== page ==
Dr Chris Burns: I talked about our big strategic initiatives for 2024 and our quarterly activities report update, maintaining leadership across the R&D sector, continuing to progress our operations at Riverside, progressing our customer agreements, of course Panasonic now being a huge milestone, and then financing for that growth. And so I think as we look at the upcoming milestones for us, of course we're updating our engineering package for Riverside, targeting the end of the first quarter to define the product mix and our finalised output of that facility. And then our work with the government and the Department of Energy to start deploying the grant funding towards our Riverside facility. And then our focus is on continued customer offtake. It continues to be the necessary work to underpin financing and growth. And it's demonstrated from the products that we're producing both at our development site and now that we're starting to produce at our Riverside site as well.
Paul Sanger: And just talking about future financing, signing a biding offtake agreement with a tier-one customer, Panasonic, it must help in those negotiations going forward.
Dr Chris Burns: Absolutely. These offtakes become critical to underpin financing, whether through forms of equity or debt. And so when we look of course first at government funding opportunities, such as the grant that we've been awarded of $100m toward Riverside, we've applied for potential tax credits through the 48C program, and we have our application with the loan program office, all of the work to underpin those financings has to begin from engineering and customer offtake. And those customer offtakes and the credibility of those counterparties, where Panasonic is of course in that tier-one class, is incredibly important to bringing the right amounts of capital and the right terms for that capital to our projects.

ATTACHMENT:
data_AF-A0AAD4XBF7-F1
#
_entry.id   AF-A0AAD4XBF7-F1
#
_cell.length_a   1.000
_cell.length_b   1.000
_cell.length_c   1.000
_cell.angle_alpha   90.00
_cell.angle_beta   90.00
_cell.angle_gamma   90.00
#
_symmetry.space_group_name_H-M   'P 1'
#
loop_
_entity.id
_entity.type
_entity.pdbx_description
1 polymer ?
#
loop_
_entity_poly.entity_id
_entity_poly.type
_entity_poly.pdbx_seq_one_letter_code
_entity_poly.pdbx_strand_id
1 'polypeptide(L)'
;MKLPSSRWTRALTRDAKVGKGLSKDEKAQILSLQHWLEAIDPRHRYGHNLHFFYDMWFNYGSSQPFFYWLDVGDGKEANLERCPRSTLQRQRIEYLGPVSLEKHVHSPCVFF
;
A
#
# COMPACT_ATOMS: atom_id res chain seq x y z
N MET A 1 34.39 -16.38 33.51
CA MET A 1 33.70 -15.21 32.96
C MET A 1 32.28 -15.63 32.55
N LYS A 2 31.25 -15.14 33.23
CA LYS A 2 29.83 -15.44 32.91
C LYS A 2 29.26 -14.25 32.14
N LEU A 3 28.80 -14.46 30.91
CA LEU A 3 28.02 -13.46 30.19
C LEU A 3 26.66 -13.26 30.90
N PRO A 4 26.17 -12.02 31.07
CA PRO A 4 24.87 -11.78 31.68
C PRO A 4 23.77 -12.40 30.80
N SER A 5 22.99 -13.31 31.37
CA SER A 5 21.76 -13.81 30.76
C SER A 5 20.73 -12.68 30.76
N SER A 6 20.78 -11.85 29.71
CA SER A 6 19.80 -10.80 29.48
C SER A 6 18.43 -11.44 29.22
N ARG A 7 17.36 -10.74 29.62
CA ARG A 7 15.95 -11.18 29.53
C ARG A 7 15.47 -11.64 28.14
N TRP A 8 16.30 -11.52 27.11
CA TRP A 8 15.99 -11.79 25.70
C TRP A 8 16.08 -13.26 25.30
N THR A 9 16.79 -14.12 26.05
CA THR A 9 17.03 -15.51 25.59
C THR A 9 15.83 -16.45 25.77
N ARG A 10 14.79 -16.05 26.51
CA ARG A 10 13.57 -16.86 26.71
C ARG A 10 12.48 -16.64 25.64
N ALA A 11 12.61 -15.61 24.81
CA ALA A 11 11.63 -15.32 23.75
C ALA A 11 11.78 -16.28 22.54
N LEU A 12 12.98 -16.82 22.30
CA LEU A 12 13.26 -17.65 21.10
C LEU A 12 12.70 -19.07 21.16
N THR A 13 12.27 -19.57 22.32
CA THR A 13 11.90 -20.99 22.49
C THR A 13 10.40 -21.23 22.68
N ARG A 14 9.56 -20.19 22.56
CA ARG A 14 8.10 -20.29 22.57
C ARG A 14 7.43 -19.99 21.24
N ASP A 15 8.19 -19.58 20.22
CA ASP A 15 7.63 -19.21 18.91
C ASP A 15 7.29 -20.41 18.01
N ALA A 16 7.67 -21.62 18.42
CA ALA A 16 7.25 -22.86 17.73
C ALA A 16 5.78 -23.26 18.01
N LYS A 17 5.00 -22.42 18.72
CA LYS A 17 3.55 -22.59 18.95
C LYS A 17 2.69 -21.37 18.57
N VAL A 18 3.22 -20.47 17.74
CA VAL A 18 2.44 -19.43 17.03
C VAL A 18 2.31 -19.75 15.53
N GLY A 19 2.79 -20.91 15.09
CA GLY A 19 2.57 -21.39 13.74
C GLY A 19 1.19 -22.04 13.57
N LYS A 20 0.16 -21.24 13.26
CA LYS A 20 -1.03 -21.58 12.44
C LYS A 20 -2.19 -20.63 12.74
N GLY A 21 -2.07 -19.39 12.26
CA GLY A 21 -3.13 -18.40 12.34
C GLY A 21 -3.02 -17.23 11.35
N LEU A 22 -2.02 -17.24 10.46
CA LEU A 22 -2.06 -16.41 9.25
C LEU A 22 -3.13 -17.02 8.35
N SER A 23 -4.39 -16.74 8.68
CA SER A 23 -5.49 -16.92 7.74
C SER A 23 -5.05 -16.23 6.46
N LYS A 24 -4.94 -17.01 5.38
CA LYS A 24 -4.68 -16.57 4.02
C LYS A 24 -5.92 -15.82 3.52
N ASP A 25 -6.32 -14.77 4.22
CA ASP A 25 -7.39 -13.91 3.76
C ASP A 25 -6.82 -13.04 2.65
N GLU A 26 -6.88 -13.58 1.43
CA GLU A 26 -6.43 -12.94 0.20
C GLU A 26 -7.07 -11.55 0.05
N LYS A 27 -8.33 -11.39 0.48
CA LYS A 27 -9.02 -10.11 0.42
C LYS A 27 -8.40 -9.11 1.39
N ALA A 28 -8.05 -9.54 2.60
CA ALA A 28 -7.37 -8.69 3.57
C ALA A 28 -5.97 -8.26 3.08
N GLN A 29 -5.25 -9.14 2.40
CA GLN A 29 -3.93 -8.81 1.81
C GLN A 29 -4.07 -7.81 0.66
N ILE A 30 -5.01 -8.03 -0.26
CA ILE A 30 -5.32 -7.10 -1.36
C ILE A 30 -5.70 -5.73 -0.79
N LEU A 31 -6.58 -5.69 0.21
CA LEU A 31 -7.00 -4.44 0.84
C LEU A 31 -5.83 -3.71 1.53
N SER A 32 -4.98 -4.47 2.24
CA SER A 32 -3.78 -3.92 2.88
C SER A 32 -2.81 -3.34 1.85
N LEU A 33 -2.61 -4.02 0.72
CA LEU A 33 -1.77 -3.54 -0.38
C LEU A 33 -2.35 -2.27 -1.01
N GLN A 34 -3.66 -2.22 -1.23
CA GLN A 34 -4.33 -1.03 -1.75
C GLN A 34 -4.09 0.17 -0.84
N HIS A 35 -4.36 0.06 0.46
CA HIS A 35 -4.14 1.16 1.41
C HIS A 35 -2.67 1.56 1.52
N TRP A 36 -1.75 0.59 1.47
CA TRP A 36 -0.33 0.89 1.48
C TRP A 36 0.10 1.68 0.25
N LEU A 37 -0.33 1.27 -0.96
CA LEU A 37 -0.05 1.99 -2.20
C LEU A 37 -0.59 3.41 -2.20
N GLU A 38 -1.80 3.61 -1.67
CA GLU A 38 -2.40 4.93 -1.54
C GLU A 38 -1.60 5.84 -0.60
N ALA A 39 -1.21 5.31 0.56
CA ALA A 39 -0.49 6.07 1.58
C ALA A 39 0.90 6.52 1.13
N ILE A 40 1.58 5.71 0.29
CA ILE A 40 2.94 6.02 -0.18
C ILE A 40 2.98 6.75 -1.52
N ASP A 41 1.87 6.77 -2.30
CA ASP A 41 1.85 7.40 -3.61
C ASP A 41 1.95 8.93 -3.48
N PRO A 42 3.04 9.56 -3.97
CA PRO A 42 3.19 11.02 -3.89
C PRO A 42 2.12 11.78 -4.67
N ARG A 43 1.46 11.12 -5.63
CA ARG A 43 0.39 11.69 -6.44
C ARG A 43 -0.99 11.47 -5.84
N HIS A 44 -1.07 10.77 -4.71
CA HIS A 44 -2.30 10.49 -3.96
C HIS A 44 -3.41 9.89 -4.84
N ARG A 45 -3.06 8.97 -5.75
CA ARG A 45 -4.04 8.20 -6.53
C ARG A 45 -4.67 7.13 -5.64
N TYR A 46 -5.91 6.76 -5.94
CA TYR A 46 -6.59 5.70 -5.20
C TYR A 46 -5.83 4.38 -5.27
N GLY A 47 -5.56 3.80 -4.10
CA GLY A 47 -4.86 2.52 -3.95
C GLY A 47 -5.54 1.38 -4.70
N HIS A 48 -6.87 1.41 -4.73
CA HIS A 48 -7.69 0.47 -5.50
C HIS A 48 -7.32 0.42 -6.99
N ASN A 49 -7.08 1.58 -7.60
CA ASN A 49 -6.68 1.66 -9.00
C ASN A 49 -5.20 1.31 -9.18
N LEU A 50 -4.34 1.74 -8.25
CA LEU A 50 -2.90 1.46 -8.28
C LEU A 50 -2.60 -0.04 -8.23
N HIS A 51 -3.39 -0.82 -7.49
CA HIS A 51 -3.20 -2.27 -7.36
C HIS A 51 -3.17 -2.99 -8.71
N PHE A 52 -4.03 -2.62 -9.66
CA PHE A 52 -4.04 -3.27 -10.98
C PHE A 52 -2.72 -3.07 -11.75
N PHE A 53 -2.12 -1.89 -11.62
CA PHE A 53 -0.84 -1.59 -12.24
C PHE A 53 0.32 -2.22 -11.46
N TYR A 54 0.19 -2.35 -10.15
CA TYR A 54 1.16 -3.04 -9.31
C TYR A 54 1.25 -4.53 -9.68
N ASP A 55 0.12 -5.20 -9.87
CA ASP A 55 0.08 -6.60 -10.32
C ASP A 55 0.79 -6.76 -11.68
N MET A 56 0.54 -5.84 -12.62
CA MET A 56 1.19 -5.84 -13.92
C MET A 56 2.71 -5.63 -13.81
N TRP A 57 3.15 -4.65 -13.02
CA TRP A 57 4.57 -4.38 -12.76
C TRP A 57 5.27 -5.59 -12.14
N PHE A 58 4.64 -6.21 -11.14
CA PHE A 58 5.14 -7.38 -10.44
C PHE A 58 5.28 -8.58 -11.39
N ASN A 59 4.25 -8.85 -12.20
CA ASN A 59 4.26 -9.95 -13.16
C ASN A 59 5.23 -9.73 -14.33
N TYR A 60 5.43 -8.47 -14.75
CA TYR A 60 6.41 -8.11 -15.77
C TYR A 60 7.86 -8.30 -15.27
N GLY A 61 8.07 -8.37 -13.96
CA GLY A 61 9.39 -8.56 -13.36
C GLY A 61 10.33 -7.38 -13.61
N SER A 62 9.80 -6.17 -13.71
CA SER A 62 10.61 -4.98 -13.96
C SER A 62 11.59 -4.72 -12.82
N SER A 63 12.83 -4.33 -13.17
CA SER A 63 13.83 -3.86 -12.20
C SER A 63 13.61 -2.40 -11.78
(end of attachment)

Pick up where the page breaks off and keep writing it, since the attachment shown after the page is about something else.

Paul Sanger: And just lastly, Chris, there's been signs of a slowdown in the EV markets. What's your view on this noted slowdown and the outlook for graphite and specifically synthetic graphite for anode materials demand and pricing?
Dr Chris Burns: I think we'll continue to see very strong growth in the EV and energy storage market. Of course, the narrative that you may see headlines around is slowing growth rates, but this is from very aggressive targets that were set a few years ago by most of the OEMs. But we still see double-digit annualised growth through the rest of this decade in North America for the growth of cell capacity to support vehicles and energy storage systems.
And again, most of those cells will rely on graphite as the primary anode, and most of that graphite we expect will be synthetic graphite because of the superior performance compared to natural. Both are critical, but all of this means the materials are in demand. The programs that we're working on with these customers have target costs that take into account all of the incentives that we'll receive from the IRA, the potential tariffs that may come back on the Chinese products that are coming into the United States, and the importance of non-foreign entity of concern material to qualify vehicles for the Section 30D Clean Energy Vehicle credits. So, all of these continue to be so important as we look at building out to match and try to keep up with the demand for synthetic graphite here in North America.
Paul Sanger: Dr Chris Burns, many thanks for your time today. It's been an absolute pleasure. And again, congratulations on this news.
Dr Chris Burns: Thanks again, Paul. Great to speak as always.
Paul Sanger: Have a great day.